Wondering how, or if, you should apply a protective finish to the drawer box? If I am working with solid wood for the drawer sides then I will give the material a quick finish sanding and that’s it. But, for plywood, I typically do one of two things, depending upon what I have on hand at that time.

  • Option 1: Apply 1 or 2 coats of sanding sealer to raise the grain of plywood and sand smooth. Sanding sealer is clear, easy to apply, and dries quickly. If I have the time and patience I may also apply a quick spray of clear, semi-gloss, water-based topcoat to give it a little shine but it isn’t necessary.
  • Option 2: Apply 2 to 3 coats of spray shellac to seal the plywood.  Spray shellac dries quickly and won’t leave any chemical smell behind. But be aware that it will give the plywood a slight amber tone which typically isn’t big deal.  Remember to lightly sand between coats.

Hi! I’m Kristen, from In Her Garage, and I am a self-taught woodworker and DIY fanatic from Minnesota where I live with my husband and our two daughters. Between being a wife, mom and, registered nurse, I try to make as much time for DIY as possible. My love for building came after our family built our current home in 2015. After we moved in, we needed furniture and instead of spending massive amounts of money to order the pieces we wanted I decided that I would build them myself. I started with a buffet table plan from the fabulous Ana-white and quickly set out to remodel my entire home office.

Since then I have started a side business building furniture for the people in my community. I love hearing my clients talk about the pieces they wish they had whether it be a rustic buffet table, a one drawer side table, or a toy box, and then making it a reality for them. While starting my small business it made perfect sense that I would document my building journey so I simultaneously launched the In Her Garage blog and I love sharing my plans, tips, and tricks.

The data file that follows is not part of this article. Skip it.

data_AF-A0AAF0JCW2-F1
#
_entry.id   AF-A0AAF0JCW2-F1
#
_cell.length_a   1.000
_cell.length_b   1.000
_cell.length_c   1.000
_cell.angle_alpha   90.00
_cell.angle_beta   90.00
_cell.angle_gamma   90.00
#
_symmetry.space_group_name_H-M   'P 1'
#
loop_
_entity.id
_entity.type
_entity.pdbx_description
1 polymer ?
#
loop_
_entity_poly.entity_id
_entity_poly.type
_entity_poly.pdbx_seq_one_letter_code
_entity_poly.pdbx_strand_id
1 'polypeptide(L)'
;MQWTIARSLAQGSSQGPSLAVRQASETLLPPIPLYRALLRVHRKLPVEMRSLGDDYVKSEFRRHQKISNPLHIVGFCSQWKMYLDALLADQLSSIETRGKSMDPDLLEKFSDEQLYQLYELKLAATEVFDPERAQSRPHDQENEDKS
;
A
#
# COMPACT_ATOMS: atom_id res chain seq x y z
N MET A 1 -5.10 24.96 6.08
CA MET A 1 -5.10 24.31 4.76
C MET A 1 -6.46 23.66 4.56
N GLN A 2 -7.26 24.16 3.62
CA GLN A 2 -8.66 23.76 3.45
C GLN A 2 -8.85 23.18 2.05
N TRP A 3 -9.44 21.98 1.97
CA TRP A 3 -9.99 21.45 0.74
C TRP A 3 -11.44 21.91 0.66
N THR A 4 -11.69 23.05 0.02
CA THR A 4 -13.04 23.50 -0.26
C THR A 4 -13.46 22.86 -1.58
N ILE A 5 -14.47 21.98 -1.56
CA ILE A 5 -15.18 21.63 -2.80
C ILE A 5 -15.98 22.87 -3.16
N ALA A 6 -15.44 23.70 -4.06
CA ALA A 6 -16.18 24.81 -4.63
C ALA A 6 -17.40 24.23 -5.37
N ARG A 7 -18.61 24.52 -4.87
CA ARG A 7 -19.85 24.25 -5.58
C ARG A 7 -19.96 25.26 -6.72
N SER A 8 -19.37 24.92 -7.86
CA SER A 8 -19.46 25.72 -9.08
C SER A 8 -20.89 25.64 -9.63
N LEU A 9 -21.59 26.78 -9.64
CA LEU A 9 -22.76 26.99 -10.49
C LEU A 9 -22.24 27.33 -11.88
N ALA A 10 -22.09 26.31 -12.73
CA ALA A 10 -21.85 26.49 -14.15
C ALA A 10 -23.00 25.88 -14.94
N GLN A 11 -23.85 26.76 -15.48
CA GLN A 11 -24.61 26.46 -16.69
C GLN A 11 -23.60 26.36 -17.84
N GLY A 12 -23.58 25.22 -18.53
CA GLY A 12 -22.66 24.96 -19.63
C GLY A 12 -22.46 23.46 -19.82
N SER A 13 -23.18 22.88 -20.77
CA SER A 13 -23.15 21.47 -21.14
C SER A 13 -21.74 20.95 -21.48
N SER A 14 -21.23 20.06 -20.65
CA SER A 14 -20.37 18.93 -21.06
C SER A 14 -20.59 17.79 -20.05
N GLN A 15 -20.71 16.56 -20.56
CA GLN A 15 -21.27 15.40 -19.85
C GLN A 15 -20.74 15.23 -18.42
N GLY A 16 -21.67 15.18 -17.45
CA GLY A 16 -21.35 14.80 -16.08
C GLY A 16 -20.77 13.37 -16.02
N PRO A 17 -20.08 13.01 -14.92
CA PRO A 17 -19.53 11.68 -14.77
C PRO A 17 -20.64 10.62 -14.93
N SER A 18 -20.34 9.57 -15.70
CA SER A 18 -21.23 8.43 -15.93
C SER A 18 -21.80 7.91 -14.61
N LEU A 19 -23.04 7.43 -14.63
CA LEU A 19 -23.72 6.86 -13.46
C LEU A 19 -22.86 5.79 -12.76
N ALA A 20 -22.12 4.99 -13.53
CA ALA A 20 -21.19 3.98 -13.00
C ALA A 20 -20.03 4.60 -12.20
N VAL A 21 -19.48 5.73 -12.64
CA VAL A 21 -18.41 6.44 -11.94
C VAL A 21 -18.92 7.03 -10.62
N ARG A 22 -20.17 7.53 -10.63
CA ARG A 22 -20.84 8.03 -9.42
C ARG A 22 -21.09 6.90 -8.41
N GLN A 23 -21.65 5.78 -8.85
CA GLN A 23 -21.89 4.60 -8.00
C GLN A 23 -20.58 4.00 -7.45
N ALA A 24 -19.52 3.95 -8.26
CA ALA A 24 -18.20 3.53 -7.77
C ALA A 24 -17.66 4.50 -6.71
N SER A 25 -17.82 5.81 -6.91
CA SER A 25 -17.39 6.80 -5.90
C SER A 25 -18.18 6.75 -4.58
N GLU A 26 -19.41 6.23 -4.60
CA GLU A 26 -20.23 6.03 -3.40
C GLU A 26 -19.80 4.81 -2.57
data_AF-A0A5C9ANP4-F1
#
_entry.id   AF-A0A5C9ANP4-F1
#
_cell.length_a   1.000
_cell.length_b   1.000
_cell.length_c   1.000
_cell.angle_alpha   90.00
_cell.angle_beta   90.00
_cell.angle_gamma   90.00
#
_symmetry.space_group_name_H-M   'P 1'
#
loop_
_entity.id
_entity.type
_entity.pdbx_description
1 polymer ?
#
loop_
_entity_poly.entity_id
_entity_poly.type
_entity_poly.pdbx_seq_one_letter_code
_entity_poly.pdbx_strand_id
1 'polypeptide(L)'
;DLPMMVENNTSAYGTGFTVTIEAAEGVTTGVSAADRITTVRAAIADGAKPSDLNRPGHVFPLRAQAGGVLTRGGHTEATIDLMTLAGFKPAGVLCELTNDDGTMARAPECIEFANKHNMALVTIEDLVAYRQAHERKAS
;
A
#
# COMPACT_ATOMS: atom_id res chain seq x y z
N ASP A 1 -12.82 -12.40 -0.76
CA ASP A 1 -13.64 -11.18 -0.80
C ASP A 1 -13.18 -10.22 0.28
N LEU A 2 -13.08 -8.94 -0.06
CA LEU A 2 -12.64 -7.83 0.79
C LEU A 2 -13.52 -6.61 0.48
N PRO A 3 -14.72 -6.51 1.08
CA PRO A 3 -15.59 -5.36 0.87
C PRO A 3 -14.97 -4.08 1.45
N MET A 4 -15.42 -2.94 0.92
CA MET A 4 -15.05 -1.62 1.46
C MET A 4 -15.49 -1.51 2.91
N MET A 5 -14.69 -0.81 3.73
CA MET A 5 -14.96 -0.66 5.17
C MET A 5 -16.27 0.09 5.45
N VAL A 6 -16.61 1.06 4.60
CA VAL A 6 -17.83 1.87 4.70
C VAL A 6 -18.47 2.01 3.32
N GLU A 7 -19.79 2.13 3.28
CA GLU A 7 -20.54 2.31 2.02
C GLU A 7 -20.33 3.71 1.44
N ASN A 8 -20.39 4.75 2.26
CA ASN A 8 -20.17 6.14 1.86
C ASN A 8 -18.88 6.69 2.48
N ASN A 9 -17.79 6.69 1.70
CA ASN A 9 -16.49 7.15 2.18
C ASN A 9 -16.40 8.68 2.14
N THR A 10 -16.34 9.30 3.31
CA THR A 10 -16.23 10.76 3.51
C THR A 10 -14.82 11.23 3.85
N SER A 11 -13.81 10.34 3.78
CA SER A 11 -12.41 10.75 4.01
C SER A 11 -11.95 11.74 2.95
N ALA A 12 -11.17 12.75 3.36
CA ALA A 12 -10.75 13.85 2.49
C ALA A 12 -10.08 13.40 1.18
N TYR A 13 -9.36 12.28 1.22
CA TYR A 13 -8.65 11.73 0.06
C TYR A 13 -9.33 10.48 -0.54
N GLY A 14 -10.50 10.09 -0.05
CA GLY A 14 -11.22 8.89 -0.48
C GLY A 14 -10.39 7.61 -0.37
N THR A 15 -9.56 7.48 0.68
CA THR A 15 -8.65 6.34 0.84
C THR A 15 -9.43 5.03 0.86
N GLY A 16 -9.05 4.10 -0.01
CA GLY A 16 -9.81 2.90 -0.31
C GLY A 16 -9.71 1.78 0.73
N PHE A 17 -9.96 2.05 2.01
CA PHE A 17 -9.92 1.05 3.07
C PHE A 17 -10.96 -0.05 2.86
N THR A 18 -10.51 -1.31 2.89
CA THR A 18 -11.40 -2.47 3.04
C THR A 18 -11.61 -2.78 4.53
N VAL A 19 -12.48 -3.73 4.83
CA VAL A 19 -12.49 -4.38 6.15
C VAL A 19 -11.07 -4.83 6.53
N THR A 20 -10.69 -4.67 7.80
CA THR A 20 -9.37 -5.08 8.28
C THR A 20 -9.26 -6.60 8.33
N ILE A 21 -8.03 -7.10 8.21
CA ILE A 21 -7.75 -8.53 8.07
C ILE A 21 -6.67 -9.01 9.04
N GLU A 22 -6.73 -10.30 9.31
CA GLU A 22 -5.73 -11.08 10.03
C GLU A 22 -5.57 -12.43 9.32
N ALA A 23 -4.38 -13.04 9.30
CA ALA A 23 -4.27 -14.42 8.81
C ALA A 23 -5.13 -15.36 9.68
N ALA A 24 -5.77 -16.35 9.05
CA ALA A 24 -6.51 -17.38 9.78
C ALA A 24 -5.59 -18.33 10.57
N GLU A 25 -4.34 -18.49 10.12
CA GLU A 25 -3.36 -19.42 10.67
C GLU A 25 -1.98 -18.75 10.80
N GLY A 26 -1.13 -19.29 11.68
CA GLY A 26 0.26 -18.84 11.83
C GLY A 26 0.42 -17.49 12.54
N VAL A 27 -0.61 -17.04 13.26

Making something beautiful with your own two hands through a little preparation and determination is an amazing feeling and I hope to bring inspiration and know-how to those looking to tackle a big or small project.

I am so glad that you found me here and please feel free to connect with me on PinterestInstagram, and Facebook to see what I am working on right now. And check out the brand new In Her Garage Etsy shop for other plans or to have a furniture item made especially for you!

Hate wire shelves? Turn that boring closet into a show stopper with beautiful custom shelving. Here's how:

DIY Custom Closet Shelving

I don’t like wire shelving in closets! Who’s with me on this one? I am slowly replacing all the wire shelving at my daughter’s new home. As you may know, custom closets are super expensive. While researching “small closet solutions”, I found a way to transform a plain builder grade wire shelf closet into a custom stenciled closet!

Hi! I’m Maria from Simple Nature Decor here today to show you how to take a builder grade closet and turn it into your own custom dream closet!

Usually I like to create with things I find in nature around my coastal Carolina home. My hanging drift wood chime was created from the driftwood I find on the local beaches. Because the weather is great most of the year, I work on many of my projects outdoors in the fresh air. I love painting furniture outdoors.

But, today I’m turning my talents inside to show you how to give your closet shelves a custom makeover for very little money. Ready? Great, here’s how to DIY Custom Closet Shelving.

Materials:

(I’ve included affiliate links for your convenience. I earn a small percentage from a purchase using these links. There is no additional cost to you. You can read more about affiliate links here.)

Instructions:

Remove those wire shelves.

Step 1: Using a small flat head screwdriver, pull out the bracket nails. Then use the pliers to pull them completely out of the wall. All the holes will need to be plastered.